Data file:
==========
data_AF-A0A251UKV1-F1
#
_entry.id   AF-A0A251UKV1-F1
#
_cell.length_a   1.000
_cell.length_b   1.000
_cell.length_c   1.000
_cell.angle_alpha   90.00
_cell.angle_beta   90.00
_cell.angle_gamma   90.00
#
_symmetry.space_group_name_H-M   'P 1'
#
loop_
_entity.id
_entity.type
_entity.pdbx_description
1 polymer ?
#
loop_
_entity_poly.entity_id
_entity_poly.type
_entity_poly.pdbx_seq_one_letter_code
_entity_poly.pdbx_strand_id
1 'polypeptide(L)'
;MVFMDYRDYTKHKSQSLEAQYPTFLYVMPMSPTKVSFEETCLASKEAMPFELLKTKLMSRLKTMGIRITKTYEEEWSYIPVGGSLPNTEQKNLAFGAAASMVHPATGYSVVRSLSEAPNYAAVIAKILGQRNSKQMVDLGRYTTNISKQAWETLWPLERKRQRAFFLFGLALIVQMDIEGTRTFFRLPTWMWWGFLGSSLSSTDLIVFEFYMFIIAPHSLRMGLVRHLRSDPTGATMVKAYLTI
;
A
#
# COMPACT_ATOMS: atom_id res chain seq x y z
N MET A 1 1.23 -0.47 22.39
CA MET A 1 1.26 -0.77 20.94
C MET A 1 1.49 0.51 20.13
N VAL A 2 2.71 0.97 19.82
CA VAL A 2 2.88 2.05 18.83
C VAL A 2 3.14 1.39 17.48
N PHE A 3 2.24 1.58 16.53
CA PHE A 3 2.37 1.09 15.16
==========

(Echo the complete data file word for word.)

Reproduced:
data_AF-A0A251UKV1-F1
#
_entry.id   AF-A0A251UKV1-F1
#
_cell.length_a   1.000
_cell.length_b   1.000
_cell.length_c   1.000
_cell.angle_alpha   90.00
_cell.angle_beta   90.00
_cell.angle_gamma   90.00
#
_symmetry.space_group_name_H-M   'P 1'
#
loop_
_entity.id
_entity.type
_entity.pdbx_description
1 polymer ?
#
loop_
_entity_poly.entity_id
_entity_poly.type
_entity_poly.pdbx_seq_one_letter_code
_entity_poly.pdbx_strand_id
1 'polypeptide(L)'
;MVFMDYRDYTKHKSQSLEAQYPTFLYVMPMSPTKVSFEETCLASKEAMPFELLKTKLMSRLKTMGIRITKTYEEEWSYIPVGGSLPNTEQKNLAFGAAASMVHPATGYSVVRSLSEAPNYAAVIAKILGQRNSKQMVDLGRYTTNISKQAWETLWPLERKRQRAFFLFGLALIVQMDIEGTRTFFRLPTWMWWGFLGSSLSSTDLIVFEFYMFIIAPHSLRMGLVRHLRSDPTGATMVKAYLTI
;
A
#
# COMPACT_ATOMS: atom_id res chain seq x y z
N MET A 1 1.23 -0.47 22.39
CA MET A 1 1.26 -0.77 20.94
C MET A 1 1.49 0.51 20.13
N VAL A 2 2.71 0.97 19.82
CA VAL A 2 2.88 2.05 18.83
C VAL A 2 3.14 1.39 17.48
N PHE A 3 2.24 1.58 16.53
CA PHE A 3 2.37 1.09 15.16